Robin Williams and Simon Beart, chief executive and finance director of Britton, the packaging company, follow this recipe up to a point.
Formerly at Salomon Brothers and only in their mid-30s, they have turned the former Firstland Oil and Gas into a pounds 26.8m turnover polythene film producer. Thanks to two takeovers, 1993 sales were more than 10 times the previous year's, while pre-tax losses of pounds 2.3m turned into profits of pounds 2.7m.
Further big acquisitions are planned, to be funded by future rights issues. Mr Williams wants to build divisions in other areas of packaging and turn Britton into a medium-sized company.
It is enough to cause more than the odd twitch among investors who have suffered before at the hands of supposedly entrepreneurial accountants. Britton could be different. For one thing it has a blue-chip shareholder register, including names such as Mercury Asset Management and Edinburgh Fund Managers.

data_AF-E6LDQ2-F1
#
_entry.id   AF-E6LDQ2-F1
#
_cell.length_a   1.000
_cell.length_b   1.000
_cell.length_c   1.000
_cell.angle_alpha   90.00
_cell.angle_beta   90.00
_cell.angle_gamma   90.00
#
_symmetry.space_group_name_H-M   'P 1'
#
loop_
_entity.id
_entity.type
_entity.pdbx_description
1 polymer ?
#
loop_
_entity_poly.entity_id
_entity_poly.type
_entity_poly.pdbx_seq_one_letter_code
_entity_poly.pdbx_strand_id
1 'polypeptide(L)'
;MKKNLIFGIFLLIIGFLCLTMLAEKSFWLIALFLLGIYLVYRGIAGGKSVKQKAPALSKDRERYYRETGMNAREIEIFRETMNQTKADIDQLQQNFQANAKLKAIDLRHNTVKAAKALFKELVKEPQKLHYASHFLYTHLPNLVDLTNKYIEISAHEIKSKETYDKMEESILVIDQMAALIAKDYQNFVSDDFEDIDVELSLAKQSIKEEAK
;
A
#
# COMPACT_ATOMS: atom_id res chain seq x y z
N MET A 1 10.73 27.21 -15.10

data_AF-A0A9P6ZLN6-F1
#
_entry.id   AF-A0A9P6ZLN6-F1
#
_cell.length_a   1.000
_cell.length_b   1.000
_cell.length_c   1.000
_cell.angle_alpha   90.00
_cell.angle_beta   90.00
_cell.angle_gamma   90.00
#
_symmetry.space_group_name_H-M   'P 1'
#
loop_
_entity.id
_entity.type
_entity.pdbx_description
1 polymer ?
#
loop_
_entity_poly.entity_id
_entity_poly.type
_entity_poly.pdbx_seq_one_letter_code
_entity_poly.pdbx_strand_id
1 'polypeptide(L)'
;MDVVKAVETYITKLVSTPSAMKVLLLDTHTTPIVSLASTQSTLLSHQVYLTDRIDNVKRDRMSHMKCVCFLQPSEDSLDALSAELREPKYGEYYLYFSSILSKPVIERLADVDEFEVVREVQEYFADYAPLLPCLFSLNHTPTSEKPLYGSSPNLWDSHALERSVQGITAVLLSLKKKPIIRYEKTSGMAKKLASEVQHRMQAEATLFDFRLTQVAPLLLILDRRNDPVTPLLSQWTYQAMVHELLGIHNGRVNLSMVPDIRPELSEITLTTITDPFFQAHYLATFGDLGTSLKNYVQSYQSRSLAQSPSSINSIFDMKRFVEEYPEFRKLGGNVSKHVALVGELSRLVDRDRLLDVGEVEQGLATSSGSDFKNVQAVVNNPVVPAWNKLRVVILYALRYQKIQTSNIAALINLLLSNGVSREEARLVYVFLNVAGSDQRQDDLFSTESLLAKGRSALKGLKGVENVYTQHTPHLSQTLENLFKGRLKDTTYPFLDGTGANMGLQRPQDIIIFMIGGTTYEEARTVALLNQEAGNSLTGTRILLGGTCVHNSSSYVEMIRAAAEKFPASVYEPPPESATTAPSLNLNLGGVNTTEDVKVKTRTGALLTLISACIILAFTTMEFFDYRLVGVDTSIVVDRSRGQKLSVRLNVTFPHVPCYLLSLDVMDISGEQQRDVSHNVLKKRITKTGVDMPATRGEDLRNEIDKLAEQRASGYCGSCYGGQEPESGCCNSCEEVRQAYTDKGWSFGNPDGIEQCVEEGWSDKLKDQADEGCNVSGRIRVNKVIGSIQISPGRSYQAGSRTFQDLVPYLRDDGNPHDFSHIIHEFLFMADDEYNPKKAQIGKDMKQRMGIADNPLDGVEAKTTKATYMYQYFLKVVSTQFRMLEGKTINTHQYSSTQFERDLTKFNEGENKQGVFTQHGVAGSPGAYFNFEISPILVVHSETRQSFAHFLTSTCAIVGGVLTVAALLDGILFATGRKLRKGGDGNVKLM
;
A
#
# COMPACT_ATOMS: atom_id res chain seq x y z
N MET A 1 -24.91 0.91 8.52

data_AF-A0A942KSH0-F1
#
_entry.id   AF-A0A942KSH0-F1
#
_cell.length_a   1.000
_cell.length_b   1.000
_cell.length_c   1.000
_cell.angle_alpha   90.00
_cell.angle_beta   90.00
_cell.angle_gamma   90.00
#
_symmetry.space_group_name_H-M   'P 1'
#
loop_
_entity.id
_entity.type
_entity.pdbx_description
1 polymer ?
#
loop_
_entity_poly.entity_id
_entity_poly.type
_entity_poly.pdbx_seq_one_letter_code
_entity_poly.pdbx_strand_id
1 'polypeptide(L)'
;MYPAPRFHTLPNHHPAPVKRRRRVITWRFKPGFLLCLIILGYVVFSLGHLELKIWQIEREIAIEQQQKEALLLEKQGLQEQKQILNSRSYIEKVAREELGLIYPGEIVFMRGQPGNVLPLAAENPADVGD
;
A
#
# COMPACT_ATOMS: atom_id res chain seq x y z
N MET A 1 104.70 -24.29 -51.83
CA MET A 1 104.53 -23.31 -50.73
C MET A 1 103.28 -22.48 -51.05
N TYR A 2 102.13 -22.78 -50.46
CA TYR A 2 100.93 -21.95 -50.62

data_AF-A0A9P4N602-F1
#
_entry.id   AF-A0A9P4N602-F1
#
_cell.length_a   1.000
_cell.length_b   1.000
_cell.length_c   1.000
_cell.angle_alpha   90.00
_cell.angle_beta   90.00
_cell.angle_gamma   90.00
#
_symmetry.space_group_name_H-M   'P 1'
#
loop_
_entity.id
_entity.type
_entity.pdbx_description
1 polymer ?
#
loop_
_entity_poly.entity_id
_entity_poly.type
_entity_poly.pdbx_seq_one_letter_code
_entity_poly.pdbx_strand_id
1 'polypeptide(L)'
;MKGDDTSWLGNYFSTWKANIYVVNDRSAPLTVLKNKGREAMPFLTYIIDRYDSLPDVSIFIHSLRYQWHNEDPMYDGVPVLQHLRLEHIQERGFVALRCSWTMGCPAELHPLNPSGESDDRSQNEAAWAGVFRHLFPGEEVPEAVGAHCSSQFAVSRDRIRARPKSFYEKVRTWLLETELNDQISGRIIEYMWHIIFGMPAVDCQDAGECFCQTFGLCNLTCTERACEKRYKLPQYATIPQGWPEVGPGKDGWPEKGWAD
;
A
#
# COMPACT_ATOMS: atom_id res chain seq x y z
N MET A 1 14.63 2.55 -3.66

It is also choosing to acquire well-run companies rather than failed businesses that need turning round - and the bigger of them on an earn-out that could leave Britton with no gearing.
Analysts' forecasts of pounds 6m profits in the current year put the shares, which closed down 3 4 p at 161 4 p, on a prospective price / earnings ratio of 20.3 - a rating for those with adventurous tastes.Reuse content